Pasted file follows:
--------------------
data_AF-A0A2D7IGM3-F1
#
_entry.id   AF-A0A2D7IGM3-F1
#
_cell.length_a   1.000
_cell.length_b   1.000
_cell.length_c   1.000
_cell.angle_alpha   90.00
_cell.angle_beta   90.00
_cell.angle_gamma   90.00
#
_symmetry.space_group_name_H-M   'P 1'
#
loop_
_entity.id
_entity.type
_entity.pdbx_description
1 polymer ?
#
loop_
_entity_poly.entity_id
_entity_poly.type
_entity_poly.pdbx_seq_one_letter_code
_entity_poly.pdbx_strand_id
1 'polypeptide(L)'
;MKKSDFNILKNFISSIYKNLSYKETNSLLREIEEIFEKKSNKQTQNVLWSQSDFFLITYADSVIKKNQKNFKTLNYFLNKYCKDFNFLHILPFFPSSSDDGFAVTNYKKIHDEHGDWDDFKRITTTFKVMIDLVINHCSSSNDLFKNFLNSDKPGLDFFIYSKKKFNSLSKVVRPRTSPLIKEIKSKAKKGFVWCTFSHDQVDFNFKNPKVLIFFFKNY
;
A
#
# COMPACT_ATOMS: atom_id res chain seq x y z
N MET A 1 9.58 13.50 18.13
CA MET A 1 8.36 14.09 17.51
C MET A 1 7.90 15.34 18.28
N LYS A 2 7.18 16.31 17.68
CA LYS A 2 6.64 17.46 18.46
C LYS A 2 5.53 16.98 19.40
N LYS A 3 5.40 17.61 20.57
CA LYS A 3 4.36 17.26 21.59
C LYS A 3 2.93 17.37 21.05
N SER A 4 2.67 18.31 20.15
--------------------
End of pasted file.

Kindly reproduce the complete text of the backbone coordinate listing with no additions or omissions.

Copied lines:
data_AF-A0A2D7IGM3-F1
#
_entry.id   AF-A0A2D7IGM3-F1
#
_cell.length_a   1.000
_cell.length_b   1.000
_cell.length_c   1.000
_cell.angle_alpha   90.00
_cell.angle_beta   90.00
_cell.angle_gamma   90.00
#
_symmetry.space_group_name_H-M   'P 1'
#
loop_
_entity.id
_entity.type
_entity.pdbx_description
1 polymer ?
#
loop_
_entity_poly.entity_id
_entity_poly.type
_entity_poly.pdbx_seq_one_letter_code
_entity_poly.pdbx_strand_id
1 'polypeptide(L)'
;MKKSDFNILKNFISSIYKNLSYKETNSLLREIEEIFEKKSNKQTQNVLWSQSDFFLITYADSVIKKNQKNFKTLNYFLNKYCKDFNFLHILPFFPSSSDDGFAVTNYKKIHDEHGDWDDFKRITTTFKVMIDLVINHCSSSNDLFKNFLNSDKPGLDFFIYSKKKFNSLSKVVRPRTSPLIKEIKSKAKKGFVWCTFSHDQVDFNFKNPKVLIFFFKNY
;
A
#
# COMPACT_ATOMS: atom_id res chain seq x y z
N MET A 1 9.58 13.50 18.13
CA MET A 1 8.36 14.09 17.51
C MET A 1 7.90 15.34 18.28
N LYS A 2 7.18 16.31 17.68
CA LYS A 2 6.64 17.46 18.46
C LYS A 2 5.53 16.98 19.40
N LYS A 3 5.40 17.61 20.57
CA LYS A 3 4.36 17.26 21.59
C LYS A 3 2.93 17.37 21.05
N SER A 4 2.67 18.31 20.15